Tue, May 06, 2008 - Page 3 News List

Ma promises to increase education budget by NT$24bn


President-elect Ma Ying-jeou (馬英九) vowed yesterday to increase the education budget by NT$24 billion (US$792 million) a year after taking office and that part of the increase would raise the salaries of university professors to prevent a scramble for talent.

Ma made the remarks after a meeting with Google Greater China president Lee Kai-fu (李開復) in Taipei to discuss a number of issues, including higher education and the venture capital market.

Ma said that Lee pointed out that the salaries of local university professors are two to three times less than those of China’s top universities, and, in some cases, are only near the amount that Google’s entry-level employees make.

“If the situation continues, Taiwan will lose talent to other countries,” Ma said, reiterating his promise to increase the education budget.

In his recent meeting with education representatives from southern Taiwan, who lamented the insufficient budget, Ma promised to increase the education budget annually by 0.2 percent of the country’s gross domestic product, equaling about NT$24 billion a year, or nearly NT$200 billion over eight years.

In the same meeting, Ma also said that the Ministry of Education would reserve one percent of its college enrollments for foreign students, to make it easier for students from abroad to pursue higher education in Taiwan.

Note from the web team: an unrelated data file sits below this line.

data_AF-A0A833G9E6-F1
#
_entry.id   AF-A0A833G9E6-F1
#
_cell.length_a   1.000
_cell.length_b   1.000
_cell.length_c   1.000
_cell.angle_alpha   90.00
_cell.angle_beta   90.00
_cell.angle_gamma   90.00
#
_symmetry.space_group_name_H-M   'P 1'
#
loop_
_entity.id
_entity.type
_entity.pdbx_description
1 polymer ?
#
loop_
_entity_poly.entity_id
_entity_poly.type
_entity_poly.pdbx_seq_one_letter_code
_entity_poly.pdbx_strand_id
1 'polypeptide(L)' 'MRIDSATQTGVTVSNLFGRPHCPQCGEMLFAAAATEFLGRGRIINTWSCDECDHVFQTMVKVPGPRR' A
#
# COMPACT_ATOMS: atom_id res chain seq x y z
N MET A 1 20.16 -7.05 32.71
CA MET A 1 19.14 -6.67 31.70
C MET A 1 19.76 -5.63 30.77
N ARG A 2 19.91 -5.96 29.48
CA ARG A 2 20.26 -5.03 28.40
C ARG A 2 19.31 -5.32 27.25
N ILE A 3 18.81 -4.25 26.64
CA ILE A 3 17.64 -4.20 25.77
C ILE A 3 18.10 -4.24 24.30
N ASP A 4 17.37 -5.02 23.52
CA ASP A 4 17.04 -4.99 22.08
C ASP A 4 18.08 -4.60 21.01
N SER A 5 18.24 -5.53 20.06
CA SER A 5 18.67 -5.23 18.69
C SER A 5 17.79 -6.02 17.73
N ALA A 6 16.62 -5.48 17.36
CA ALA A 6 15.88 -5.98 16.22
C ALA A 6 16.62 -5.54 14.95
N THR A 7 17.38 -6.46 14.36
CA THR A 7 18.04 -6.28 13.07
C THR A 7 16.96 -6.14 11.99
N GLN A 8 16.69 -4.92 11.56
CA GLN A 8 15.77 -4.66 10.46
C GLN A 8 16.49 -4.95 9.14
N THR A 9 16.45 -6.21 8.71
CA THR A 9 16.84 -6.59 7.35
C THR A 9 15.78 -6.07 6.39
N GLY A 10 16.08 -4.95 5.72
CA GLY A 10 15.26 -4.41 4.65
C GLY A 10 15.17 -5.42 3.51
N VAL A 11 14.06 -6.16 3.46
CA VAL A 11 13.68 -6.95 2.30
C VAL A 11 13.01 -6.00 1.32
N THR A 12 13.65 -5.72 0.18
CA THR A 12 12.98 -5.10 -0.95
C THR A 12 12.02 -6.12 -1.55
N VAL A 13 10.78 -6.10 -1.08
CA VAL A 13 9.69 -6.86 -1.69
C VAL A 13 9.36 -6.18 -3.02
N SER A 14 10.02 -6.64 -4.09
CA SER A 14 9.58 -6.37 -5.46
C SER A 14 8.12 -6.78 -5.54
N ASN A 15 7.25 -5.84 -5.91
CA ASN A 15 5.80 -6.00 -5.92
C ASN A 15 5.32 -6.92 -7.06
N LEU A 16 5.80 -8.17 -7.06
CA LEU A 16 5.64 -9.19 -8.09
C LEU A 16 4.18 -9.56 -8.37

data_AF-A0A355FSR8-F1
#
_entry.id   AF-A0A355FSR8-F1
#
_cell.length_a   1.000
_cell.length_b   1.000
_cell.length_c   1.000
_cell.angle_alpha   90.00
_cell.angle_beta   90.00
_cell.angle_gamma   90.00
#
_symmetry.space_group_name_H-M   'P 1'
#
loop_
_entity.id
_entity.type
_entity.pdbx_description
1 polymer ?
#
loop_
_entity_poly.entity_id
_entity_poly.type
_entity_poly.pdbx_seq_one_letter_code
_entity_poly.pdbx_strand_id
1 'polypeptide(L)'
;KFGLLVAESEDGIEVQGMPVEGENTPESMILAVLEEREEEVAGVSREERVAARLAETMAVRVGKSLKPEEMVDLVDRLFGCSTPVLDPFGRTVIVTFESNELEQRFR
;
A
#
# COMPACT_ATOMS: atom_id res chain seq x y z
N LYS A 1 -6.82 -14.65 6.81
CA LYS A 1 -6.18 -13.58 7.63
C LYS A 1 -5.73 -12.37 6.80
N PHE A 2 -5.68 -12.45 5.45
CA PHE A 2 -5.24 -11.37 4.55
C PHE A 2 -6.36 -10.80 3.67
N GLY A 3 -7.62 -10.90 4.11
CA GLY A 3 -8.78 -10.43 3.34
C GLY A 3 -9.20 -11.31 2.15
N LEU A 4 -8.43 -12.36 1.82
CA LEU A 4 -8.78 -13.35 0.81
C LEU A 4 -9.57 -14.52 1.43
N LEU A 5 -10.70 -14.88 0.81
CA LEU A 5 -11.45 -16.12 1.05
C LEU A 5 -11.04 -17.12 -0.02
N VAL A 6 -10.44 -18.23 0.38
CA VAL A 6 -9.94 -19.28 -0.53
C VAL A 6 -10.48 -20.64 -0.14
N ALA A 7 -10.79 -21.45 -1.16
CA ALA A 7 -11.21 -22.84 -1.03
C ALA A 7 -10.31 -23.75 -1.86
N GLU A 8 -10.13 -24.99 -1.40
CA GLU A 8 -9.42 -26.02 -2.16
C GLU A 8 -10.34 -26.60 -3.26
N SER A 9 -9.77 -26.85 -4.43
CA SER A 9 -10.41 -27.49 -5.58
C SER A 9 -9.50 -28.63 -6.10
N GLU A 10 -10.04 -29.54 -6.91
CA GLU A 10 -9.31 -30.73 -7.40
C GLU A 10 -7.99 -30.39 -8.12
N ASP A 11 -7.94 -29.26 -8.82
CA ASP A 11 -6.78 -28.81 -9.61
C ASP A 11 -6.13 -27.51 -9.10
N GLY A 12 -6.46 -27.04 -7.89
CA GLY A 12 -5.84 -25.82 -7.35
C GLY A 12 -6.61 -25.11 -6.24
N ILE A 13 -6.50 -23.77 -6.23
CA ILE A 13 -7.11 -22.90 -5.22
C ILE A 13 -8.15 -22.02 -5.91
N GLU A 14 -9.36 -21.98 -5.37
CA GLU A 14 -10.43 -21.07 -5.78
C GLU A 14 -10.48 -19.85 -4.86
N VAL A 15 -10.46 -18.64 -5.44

Lee said Taiwan has too many research universities, and even though faculty members in Chinese universities are not as good as those in Taiwan, Chinese students work much harder than their Taiwanese counterparts, a point with which Ma agreed.

The president-elect said three goals could be achieved by recognizing Chinese diplomas. Recruiting top students from China could serve as an incentive to Taiwanese students. Allowing students from across the Taiwan Strait could encourage friendship while solving the problem of an insufficient number of enrollments for certain universities in Taiwan.

On venture capital, Ma said Taiwan’s venture capital market used to be the second biggest in the world next to the NASDAQ in the US, but has gone from bad to worse.

“I will try to revitalize the capital market after I take office,” Ma said. “The most important thing is to loosen up restrictions and to open up [to foreign funds].”

Describing Lee as a “technology expert with a concern for humanity,” Ma said he not only admired Lee’s suggestions, but also was moved by them.

In related news, vice president-elect Vincent Siew (蕭萬長) said yesterday that the incoming administration will make every effort to improve the country’s economy by creating a better investment climate and expanding domestic demand.

Siew made the remarks while delivering a speech entitled “A Dynamic Economy, a Sustainable Taiwan — New Blueprint for Taiwan’s Economic Development” at the opening of a workshop on local development held at Touliu Industrial Park in Yunlin County.

He said the KMT administration will implement its 12 major development projects, speed up industrial renovation and economic globalization, upgrade tax efficiency and equality, narrow the gap between rich and poor, uphold social justice and build a sustainable environment for the country.

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